Since ML is impractical, the paper compares several computationally tractable methods. One method is based on matricization of the tensor, for which we require beta > k^{1/4} n^{k/4 - 1/2} to recover the vector with high probability. The other method is Power Iteration, which requires beta > k^2, but it needs the initial estimate used in the iteration to be approximately aligned with the true vector v0. The paper introduces Hybrid Power Iteration, which is a Power Iteration algorithm that starts from an initial estimate obtained by using the singular values of the matricized tensor. The final approach is based on Approximate Message Passing (AMP) using additional side information (in the form of noisy measurement of v0).
The paper has some numerical experiments comparing these methods.

This is a good paper. The theoretical results of this paper seem to be rigorous. It analyzes both what is achievable information theoretically, and also studies some computationally feasible methods. There is a large gap between the lower bound and upper bounds unless one uses side information in the high-dimensional limit of AMP.
The paper is written clearly, but it has many typos.

* Lemma 2.1: How concentrated is lambda_1(Z) around its expectation?

* The results of Section 4 are different from the previous sections as they are about the limit of n --> infty. Is this because of the "state evolution" technique? Is it possible to analyze the finite dimensional setting?

* Shouldn't C in Theorem 3 be larger than 1? Otherwise, the two regimes for beta would overlap.

* Typos:
- L065: extra "one"
- L091: omitted "information"
- L203: "fiund"
- L211: "typer"
- L220: "we" propose
- L251: extra 'e' after "the"
- L266: "wher"
- L302: "Bexause"
- L304: "thee"
- L351: "alforithm"
- L368: "imptrovement"

* L123 of the Supplementary Material: There is a factor of 2 and we have a factor of 24 at L116, so the RHS of Lemma 1.1 should have a factor of 48.
This is a good paper. The theoretical results of this paper seem to be rigorous, and the experiments validate the theory.
Author Feedback
Author Feedback
Q1:Author rebuttal: Please respond to any concerns raised in the reviews. There are no constraints on how you want to argue your case, except for the fact that your text should be limited to a maximum of 6000 characters. Note however, that reviewers and area chairs are busy and may not read long vague rebuttals. It is in your own interest to be concise and to the point.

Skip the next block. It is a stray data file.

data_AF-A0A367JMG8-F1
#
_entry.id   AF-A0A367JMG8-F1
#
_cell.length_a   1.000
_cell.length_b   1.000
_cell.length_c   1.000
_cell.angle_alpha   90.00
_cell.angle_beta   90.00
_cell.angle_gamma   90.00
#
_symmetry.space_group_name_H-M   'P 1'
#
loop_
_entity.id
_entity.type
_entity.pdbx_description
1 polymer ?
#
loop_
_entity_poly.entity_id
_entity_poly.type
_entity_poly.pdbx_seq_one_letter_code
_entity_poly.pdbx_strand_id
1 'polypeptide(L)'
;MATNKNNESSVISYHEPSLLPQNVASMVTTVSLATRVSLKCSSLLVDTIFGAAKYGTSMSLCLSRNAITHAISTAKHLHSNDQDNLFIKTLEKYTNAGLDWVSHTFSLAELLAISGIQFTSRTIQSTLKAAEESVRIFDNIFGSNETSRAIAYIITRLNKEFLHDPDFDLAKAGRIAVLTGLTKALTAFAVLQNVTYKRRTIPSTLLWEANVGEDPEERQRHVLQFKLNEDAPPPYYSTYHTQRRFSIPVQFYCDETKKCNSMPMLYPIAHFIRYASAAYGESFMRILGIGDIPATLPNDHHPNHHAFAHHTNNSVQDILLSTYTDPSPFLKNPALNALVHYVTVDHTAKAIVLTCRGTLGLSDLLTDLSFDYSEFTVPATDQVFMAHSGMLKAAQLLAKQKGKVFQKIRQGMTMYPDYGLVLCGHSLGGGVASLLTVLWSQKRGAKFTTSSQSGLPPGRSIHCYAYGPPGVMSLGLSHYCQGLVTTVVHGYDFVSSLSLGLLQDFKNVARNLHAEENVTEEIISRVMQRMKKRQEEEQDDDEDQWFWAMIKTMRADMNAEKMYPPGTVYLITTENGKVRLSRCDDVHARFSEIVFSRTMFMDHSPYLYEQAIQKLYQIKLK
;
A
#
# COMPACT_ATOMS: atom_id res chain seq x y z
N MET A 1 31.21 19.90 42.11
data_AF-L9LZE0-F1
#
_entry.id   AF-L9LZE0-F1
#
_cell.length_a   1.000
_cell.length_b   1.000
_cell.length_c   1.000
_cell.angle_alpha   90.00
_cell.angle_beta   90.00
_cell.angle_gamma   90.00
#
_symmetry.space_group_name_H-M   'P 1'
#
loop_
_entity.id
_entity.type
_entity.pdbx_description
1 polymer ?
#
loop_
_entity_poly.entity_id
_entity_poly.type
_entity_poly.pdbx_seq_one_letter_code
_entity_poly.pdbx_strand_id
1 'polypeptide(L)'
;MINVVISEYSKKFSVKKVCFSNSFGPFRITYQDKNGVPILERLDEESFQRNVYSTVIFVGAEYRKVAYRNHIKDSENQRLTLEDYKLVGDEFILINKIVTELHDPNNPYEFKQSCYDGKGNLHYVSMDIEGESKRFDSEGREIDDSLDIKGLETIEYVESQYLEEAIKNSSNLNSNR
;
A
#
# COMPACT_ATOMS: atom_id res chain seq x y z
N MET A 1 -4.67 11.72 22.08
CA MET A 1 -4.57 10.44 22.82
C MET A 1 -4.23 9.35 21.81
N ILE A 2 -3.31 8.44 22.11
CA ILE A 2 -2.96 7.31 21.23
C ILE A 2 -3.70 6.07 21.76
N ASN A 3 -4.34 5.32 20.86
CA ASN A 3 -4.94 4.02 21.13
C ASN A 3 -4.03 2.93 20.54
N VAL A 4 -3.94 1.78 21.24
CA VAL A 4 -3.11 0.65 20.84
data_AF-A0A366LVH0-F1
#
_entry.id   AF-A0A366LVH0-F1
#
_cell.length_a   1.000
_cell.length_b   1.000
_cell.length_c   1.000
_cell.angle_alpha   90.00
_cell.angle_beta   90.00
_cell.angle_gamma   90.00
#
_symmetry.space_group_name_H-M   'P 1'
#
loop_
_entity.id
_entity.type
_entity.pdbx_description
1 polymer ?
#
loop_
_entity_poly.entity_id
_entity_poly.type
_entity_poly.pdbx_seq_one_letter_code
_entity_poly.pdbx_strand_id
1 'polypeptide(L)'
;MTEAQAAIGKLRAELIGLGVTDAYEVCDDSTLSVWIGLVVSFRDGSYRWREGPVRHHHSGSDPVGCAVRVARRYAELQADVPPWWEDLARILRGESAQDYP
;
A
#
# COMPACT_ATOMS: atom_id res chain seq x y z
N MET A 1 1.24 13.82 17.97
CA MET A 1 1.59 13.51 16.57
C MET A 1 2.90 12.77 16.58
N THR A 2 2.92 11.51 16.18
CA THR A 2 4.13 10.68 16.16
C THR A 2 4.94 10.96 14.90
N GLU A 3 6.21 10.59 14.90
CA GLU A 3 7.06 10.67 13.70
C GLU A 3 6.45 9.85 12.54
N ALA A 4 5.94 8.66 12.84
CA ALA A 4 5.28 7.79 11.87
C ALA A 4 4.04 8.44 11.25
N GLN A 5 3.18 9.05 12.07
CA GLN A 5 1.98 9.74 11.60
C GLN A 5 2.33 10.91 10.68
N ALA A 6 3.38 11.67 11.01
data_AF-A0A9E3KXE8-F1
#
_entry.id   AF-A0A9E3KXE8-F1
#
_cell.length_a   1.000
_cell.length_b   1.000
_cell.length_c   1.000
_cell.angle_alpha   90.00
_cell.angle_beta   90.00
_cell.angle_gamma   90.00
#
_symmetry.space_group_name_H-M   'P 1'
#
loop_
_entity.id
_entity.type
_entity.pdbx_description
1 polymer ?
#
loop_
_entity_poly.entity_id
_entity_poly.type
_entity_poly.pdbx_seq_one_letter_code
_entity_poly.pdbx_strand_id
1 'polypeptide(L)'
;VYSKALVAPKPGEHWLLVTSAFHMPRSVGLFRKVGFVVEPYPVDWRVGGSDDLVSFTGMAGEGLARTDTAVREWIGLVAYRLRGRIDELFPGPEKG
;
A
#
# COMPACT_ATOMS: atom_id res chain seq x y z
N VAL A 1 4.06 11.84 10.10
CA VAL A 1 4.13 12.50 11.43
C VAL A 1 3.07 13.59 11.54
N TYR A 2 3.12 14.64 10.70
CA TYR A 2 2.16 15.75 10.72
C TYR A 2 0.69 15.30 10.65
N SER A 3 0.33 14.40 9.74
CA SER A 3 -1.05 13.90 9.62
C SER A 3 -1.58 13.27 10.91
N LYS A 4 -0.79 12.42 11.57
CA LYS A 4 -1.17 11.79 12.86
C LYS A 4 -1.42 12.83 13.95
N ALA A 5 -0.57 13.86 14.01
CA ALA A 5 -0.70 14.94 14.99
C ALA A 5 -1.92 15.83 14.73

Reviewer 43

- Tensor PCA for general tensors is hard to approximate, see
reference [14], Theorem 1.5 and Corollary 1.6.

- Of course, NP-hardness has no direct implications on the spiked model, but our analysis suggests that --for certain choices of the parameters-- this is also hard.
Partial support for this belief can be obtained by considering planted random XORSAT problem (suitably perturbed) . It is easy to see that this is directly connected to Tensor PCA, and work on planted random CSPs suggest that this is indeed hard to approximate.

- Two types of tractable approximation algorithms are used in the literature, that fall into power methods or matricization.

- The referee is correct in noting that the tensor structure on w imposes additional constraints. A more careful analysis shows that these constraints change the result only marginally.

- Our experience is that simulations for k=3 are fairly representative, since the major difference occurs between k=2 (matrix) and k>=3, but we agree that adding curves for k>3 can be informative.

%%%%%%%%%%%%%%%%%%%%%%%%%%%%%%%%%%%%%%

Reviewer 44

- \lambda_1(Z) concentrates subexponentially around its expectation: this can be proved by standard Gaussian isoperimetry.

- Yes, state evolution has only been established asymptotically. It should be possible to analyze some iterative algorithms in the finite-n case by using contraction-type arguments. We expect the resulting bounds to be looser than the state evolution results, but they would be interesting as they are non-asymptotic.

- We thank the referee for pointing out the typos, and with C > 1 in theorem 3. These will be corrected in the paper.